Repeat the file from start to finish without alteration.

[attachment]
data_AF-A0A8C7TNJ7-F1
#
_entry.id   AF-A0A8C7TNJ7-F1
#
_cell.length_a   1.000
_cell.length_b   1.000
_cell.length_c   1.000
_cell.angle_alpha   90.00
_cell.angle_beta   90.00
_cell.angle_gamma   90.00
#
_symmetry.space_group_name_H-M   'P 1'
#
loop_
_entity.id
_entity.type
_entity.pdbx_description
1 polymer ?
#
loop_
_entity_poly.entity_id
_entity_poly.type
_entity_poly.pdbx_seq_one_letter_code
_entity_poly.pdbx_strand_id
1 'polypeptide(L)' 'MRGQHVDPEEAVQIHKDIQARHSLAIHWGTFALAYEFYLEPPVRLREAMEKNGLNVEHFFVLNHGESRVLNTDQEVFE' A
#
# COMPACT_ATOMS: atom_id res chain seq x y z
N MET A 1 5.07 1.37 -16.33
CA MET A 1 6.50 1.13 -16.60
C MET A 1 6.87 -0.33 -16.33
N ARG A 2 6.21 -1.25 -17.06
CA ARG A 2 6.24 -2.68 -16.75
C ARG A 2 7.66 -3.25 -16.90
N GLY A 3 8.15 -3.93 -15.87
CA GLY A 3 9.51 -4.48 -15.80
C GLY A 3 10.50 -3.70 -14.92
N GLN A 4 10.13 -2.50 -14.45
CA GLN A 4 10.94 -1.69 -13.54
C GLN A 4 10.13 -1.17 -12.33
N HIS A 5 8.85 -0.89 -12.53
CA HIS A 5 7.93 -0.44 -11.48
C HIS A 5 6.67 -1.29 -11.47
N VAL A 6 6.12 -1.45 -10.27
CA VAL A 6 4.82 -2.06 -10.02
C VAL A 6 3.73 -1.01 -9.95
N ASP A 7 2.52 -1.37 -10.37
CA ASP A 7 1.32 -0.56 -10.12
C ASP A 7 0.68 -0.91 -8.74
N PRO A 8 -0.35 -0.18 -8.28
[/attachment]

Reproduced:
data_AF-A0A8C7TNJ7-F1
#
_entry.id   AF-A0A8C7TNJ7-F1
#
_cell.length_a   1.000
_cell.length_b   1.000
_cell.length_c   1.000
_cell.angle_alpha   90.00
_cell.angle_beta   90.00
_cell.angle_gamma   90.00
#
_symmetry.space_group_name_H-M   'P 1'
#
loop_
_entity.id
_entity.type
_entity.pdbx_description
1 polymer ?
#
loop_
_entity_poly.entity_id
_entity_poly.type
_entity_poly.pdbx_seq_one_letter_code
_entity_poly.pdbx_strand_id
1 'polypeptide(L)' 'MRGQHVDPEEAVQIHKDIQARHSLAIHWGTFALAYEFYLEPPVRLREAMEKNGLNVEHFFVLNHGESRVLNTDQEVFE' A
#
# COMPACT_ATOMS: atom_id res chain seq x y z
N MET A 1 5.07 1.37 -16.33
CA MET A 1 6.50 1.13 -16.60
C MET A 1 6.87 -0.33 -16.33
N ARG A 2 6.21 -1.25 -17.06
CA ARG A 2 6.24 -2.68 -16.75
C ARG A 2 7.66 -3.25 -16.90
N GLY A 3 8.15 -3.93 -15.87
CA GLY A 3 9.51 -4.48 -15.80
C GLY A 3 10.50 -3.70 -14.92
N GLN A 4 10.13 -2.50 -14.45
CA GLN A 4 10.94 -1.69 -13.54
C GLN A 4 10.13 -1.17 -12.33
N HIS A 5 8.85 -0.89 -12.53
CA HIS A 5 7.93 -0.44 -11.48
C HIS A 5 6.67 -1.29 -11.47
N VAL A 6 6.12 -1.45 -10.27
CA VAL A 6 4.82 -2.06 -10.02
C VAL A 6 3.73 -1.01 -9.95
N ASP A 7 2.52 -1.37 -10.37
CA ASP A 7 1.32 -0.56 -10.12
C ASP A 7 0.68 -0.91 -8.74
N PRO A 8 -0.35 -0.18 -8.28